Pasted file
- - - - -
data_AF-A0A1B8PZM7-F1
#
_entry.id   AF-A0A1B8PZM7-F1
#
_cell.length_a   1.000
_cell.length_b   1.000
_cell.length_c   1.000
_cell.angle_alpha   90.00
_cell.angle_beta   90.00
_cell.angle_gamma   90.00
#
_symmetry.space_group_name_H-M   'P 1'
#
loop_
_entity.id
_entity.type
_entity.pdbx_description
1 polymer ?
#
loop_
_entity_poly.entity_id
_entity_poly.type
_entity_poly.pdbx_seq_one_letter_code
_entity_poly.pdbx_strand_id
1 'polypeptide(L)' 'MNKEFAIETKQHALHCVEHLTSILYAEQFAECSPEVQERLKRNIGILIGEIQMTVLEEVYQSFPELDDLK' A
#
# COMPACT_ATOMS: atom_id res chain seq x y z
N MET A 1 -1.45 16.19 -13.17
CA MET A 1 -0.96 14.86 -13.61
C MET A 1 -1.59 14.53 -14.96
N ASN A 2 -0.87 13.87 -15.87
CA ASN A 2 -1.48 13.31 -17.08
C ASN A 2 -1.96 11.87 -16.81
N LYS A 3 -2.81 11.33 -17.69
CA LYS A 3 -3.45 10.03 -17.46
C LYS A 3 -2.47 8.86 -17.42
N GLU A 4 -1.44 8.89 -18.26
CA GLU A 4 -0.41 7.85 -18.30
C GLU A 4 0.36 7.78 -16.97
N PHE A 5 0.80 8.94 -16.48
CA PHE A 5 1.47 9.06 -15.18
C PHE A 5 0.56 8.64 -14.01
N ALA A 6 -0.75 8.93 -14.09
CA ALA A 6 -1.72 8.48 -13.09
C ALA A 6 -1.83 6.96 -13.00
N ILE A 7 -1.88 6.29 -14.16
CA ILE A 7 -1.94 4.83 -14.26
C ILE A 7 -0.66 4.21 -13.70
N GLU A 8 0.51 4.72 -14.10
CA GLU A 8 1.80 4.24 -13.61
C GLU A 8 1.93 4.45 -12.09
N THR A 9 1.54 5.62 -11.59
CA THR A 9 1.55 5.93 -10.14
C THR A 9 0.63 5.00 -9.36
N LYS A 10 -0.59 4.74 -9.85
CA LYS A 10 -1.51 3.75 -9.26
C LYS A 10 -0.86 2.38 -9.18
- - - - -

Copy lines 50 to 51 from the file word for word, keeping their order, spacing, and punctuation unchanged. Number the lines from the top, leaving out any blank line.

CA GLU A 8 1.80 4.24 -13.61
C GLU A 8 1.93 4.45 -12.09